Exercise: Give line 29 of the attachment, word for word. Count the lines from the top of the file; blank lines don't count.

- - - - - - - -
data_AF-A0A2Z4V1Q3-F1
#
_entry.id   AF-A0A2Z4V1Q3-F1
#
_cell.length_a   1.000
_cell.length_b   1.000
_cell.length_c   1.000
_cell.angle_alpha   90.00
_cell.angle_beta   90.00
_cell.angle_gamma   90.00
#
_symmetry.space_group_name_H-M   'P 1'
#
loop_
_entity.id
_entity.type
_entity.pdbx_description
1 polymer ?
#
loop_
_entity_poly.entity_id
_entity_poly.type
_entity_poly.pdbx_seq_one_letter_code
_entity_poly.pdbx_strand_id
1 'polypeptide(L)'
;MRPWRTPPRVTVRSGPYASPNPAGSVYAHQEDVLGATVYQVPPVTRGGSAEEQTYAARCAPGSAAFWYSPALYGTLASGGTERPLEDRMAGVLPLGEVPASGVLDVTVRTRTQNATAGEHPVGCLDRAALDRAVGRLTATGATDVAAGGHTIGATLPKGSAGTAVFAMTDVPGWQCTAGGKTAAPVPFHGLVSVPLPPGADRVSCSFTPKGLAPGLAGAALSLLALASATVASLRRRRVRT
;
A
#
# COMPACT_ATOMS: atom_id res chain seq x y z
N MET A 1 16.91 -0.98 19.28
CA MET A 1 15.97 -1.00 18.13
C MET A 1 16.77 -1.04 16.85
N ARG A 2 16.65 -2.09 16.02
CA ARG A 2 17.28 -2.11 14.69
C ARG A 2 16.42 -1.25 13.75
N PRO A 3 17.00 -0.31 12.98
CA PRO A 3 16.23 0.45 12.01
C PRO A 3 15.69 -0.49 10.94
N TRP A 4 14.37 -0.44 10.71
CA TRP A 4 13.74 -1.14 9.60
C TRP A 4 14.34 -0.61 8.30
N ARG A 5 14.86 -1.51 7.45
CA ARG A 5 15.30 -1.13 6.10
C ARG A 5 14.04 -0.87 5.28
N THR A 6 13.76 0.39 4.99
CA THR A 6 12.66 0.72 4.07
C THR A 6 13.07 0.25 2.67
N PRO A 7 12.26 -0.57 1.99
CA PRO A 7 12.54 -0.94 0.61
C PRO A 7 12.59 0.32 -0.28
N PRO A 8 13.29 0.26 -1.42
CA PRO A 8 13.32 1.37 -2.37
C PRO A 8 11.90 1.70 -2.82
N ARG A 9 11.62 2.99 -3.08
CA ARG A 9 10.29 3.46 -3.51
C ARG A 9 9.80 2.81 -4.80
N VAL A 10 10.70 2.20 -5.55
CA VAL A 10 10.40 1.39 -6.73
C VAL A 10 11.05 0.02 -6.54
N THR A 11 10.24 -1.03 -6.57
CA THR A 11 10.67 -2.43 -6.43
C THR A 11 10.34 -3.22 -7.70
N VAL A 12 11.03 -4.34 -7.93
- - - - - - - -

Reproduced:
#